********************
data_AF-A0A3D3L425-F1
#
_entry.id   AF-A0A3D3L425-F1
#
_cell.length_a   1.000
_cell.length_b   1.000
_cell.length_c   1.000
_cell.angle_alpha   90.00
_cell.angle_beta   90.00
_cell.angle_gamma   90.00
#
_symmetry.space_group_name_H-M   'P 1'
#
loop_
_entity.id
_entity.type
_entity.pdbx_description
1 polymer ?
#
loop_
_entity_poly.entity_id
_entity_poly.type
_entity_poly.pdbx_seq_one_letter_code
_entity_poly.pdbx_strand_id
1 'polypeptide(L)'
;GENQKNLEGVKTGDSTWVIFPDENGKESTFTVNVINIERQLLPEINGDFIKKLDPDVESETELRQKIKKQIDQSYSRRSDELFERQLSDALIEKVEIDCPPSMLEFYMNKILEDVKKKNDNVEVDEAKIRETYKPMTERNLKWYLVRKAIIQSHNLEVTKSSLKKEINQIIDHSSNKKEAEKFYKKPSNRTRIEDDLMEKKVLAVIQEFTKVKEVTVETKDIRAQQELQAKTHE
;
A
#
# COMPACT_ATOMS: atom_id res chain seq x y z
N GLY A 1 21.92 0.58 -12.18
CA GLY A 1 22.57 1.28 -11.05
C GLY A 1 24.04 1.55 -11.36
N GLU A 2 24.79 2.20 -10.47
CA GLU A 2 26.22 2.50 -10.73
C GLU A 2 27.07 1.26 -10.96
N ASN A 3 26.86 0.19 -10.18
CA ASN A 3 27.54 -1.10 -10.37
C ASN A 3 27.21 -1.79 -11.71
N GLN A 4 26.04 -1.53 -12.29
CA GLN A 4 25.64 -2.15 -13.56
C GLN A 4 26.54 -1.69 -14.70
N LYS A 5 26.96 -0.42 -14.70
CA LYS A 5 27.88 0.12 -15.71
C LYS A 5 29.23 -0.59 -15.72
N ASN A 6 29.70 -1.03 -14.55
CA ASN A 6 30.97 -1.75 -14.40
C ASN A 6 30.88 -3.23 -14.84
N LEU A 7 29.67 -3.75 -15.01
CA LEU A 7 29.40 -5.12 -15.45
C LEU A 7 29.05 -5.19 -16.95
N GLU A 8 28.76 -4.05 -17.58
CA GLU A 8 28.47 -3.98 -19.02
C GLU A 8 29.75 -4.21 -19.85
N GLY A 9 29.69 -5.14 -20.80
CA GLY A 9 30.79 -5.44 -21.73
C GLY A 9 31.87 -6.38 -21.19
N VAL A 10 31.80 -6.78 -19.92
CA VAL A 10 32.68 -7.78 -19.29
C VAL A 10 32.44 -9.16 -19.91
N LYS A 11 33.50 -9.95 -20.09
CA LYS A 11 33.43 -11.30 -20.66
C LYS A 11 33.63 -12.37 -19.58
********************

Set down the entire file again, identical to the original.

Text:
data_AF-A0A3D3L425-F1
#
_entry.id   AF-A0A3D3L425-F1
#
_cell.length_a   1.000
_cell.length_b   1.000
_cell.length_c   1.000
_cell.angle_alpha   90.00
_cell.angle_beta   90.00
_cell.angle_gamma   90.00
#
_symmetry.space_group_name_H-M   'P 1'
#
loop_
_entity.id
_entity.type
_entity.pdbx_description
1 polymer ?
#
loop_
_entity_poly.entity_id
_entity_poly.type
_entity_poly.pdbx_seq_one_letter_code
_entity_poly.pdbx_strand_id
1 'polypeptide(L)'
;GENQKNLEGVKTGDSTWVIFPDENGKESTFTVNVINIERQLLPEINGDFIKKLDPDVESETELRQKIKKQIDQSYSRRSDELFERQLSDALIEKVEIDCPPSMLEFYMNKILEDVKKKNDNVEVDEAKIRETYKPMTERNLKWYLVRKAIIQSHNLEVTKSSLKKEINQIIDHSSNKKEAEKFYKKPSNRTRIEDDLMEKKVLAVIQEFTKVKEVTVETKDIRAQQELQAKTHE
;
A
#
# COMPACT_ATOMS: atom_id res chain seq x y z
N GLY A 1 21.92 0.58 -12.18
CA GLY A 1 22.57 1.28 -11.05
C GLY A 1 24.04 1.55 -11.36
N GLU A 2 24.79 2.20 -10.47
CA GLU A 2 26.22 2.50 -10.73
C GLU A 2 27.07 1.26 -10.96
N ASN A 3 26.86 0.19 -10.18
CA ASN A 3 27.54 -1.10 -10.37
C ASN A 3 27.21 -1.79 -11.71
N GLN A 4 26.04 -1.53 -12.29
CA GLN A 4 25.64 -2.15 -13.56
C GLN A 4 26.54 -1.69 -14.70
N LYS A 5 26.96 -0.42 -14.70
CA LYS A 5 27.88 0.12 -15.71
C LYS A 5 29.23 -0.59 -15.72
N ASN A 6 29.70 -1.03 -14.55
CA ASN A 6 30.97 -1.75 -14.40
C ASN A 6 30.88 -3.23 -14.84
N LEU A 7 29.67 -3.75 -15.01
CA LEU A 7 29.40 -5.12 -15.45
C LEU A 7 29.05 -5.19 -16.95
N GLU A 8 28.76 -4.05 -17.58
CA GLU A 8 28.47 -3.98 -19.02
C GLU A 8 29.75 -4.21 -19.85
N GLY A 9 29.69 -5.14 -20.80
CA GLY A 9 30.79 -5.44 -21.73
C GLY A 9 31.87 -6.38 -21.19
N VAL A 10 31.80 -6.78 -19.92
CA VAL A 10 32.68 -7.78 -19.29
C VAL A 10 32.44 -9.16 -19.91
N LYS A 11 33.50 -9.95 -20.09
CA LYS A 11 33.43 -11.30 -20.66
C LYS A 11 33.63 -12.37 -19.58